Damned If You Do, Dead if You Don’t

Damned If You Do, Dead if You Don’t August 11, 2016

Trigger warning: this post may sound excessively pro-police. Don’t blame me. Blame David Simon, the journalist who with the Baltimore Sun spent a lot of time with homicide detectives and turned that into the Hollywood gold of Homicide and The Wire. How could you ever not have a little rooting interest for cops after watching Bunk Moreland and Jimmy McNulty for five seasons? (For that matter, how do live in the United States, dip into pop culture occasionally and miss the maybe not love but like affair Americans have with police? From Matt Dillon and Andy Taylor to NYPD Blue, Americans seem to enjoy watching television series about law enforcement.)

Now along comes a former Baltimore police officer who, by the way, went to Harvard as an undergrad and for a Ph.D., now teaches at the John Jay College of Criminal Justice, and is a card-carrying liberal. I first him on a podcast with Glenn Loury at Bloggingheads.tv in the wake of the shootings by and of cops about a month ago and am now a regular reader of his blog on matters law enforcement. If you want to know how the mainstream media covers police poorly you should read Peter Moskos.

Just the other day he commented on an incident that took place in the Bronx when a man with apparent criminal intentions did pry loose a police officer’s and managed to kill an innocent store owner. Here is how Moskos frames a cop’s undertaking:

You’re a cop. There’s a chaotic scene. Your partner is wrestling with a man. The man is reaching for your partner’s gun. At least that is what you think. Do you shoot him?

If you do shoot, you will have killed an unarmed man of color and have to face the consequences: there will be protests; you will be on desk duty; you might face criminal trial for murder and lose your pay and your family’s health insurance. But thanks to your action, an innocent black man would still be alive.

If you don’t shoot, a man will take your partner’s gun and kill an innocent black man. But you’ll be OK, more or less: there will be no protests; you’ll face to independent investigation; your life and job won’t be terribly disrupted.

What would you do? Given this choice, what cop in his right mind would shoot the unarmed criminal and save a life? You’d have to be a martyr to make the morally correct choice.

But in hindsight, knowing what we now know, of course the cops should have shot and killed Guzman before he got control of the cop’s gun. Had police had been quicker to shoot and kill Guzman, Camara would still be alive. Though we wouldn’t know that. But had this happened, would you be willing to defend the officer’s decision to shoot as correct? Or “justified.” Or at the very least “reasonable?” Unless you’re a cop, my guess is probably not.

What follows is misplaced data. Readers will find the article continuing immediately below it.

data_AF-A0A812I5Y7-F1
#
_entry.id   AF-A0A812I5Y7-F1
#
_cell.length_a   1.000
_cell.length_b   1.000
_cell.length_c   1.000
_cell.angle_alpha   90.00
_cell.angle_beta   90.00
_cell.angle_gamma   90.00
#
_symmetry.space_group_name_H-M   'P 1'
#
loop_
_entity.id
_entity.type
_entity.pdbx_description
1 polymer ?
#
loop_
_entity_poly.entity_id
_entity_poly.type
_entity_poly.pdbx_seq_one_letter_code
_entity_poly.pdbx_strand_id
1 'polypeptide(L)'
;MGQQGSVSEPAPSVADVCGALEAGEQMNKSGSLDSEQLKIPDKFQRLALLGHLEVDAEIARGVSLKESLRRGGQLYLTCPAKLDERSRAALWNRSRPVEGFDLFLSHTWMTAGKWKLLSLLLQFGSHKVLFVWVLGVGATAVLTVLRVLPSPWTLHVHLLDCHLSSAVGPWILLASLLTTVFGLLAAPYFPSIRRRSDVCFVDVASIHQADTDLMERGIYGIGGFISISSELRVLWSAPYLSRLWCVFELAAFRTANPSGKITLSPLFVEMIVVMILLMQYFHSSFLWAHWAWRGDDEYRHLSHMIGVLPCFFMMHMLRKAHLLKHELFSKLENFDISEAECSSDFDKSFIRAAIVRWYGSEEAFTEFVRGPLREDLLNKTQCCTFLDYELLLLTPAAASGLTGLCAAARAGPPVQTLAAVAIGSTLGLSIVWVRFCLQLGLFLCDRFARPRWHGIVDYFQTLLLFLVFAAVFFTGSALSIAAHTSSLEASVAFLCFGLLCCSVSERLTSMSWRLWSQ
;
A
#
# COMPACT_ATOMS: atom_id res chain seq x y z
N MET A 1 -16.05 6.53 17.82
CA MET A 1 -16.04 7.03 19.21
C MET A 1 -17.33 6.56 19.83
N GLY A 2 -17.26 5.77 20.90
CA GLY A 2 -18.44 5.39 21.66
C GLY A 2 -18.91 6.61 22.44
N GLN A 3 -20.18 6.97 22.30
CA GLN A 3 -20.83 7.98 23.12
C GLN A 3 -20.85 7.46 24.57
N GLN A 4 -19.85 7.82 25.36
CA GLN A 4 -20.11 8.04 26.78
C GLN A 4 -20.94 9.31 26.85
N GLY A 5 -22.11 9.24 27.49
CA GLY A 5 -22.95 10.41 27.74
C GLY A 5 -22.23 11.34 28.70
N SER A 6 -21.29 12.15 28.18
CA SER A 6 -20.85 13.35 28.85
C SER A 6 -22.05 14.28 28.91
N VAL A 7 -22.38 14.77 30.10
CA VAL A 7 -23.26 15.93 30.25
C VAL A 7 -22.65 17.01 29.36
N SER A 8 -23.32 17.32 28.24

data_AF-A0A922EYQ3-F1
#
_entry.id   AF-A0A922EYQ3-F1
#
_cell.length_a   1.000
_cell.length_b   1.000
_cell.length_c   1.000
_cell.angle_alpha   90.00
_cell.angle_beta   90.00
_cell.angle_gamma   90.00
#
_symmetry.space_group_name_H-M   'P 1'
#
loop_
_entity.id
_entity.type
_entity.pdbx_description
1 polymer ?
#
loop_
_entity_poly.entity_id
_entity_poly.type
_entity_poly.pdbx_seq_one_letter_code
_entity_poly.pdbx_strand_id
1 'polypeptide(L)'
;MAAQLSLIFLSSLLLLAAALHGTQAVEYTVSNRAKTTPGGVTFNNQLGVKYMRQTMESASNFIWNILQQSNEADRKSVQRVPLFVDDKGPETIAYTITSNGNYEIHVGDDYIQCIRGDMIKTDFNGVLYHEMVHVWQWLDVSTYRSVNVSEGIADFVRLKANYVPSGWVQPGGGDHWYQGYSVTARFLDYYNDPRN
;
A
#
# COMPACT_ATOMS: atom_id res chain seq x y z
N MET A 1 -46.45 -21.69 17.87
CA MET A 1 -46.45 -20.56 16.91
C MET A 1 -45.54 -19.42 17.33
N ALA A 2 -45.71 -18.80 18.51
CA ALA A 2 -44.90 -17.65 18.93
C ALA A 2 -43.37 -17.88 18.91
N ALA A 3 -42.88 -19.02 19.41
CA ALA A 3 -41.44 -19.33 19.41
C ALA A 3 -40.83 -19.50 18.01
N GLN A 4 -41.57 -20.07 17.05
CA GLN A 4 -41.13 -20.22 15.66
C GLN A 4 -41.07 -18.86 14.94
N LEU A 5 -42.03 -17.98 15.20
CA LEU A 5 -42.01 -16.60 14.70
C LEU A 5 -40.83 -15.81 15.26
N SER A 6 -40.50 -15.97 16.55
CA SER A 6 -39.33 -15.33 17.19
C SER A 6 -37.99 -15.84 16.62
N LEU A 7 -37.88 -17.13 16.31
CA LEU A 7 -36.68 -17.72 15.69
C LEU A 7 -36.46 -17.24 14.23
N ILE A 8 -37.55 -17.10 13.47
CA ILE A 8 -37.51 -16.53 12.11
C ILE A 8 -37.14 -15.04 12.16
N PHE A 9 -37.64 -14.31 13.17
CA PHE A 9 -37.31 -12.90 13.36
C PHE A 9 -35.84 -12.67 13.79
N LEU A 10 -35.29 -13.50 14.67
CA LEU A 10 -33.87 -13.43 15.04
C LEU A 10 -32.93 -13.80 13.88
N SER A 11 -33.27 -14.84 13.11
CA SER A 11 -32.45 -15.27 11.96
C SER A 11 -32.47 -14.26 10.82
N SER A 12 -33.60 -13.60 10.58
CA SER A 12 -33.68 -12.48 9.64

Guzman was a threat before he got shot, when he was still unarmed. Any time a man is trying to take a cop’s gun, cops are in a no-win pickle, since they’re fighting with an “unarmed man.” But being willing to kill a killer before he kills is not a flaw of policing; it’s a feature. By the time it was 100 percent clear Guzman was a lethal threat, it was too late. He got off fifteen rounds. Anybody on the block could have been shot and killed, but the fates picked Camara.

The problem, the logical fallacy even, is you never know for sure what will happen. Cops sure don’t. And they have to make split-second decisions. But when a man is fighting for control of your gun, he needs to be shot. Sooner rather than later. But that is not the lesson of Ferguson. Cops are fully aware of the potential consequences of even good shootings. Some people call this “progress.” I doubt it’s any consolation to Camara’s family and friends.

It’s an odd world we live in where during the day we live with a sense (sometimes justified) that cops are a major problem in our nation and then go home to relax with reruns of Law and Order. Peter Moskos helps to make it a little less odd.


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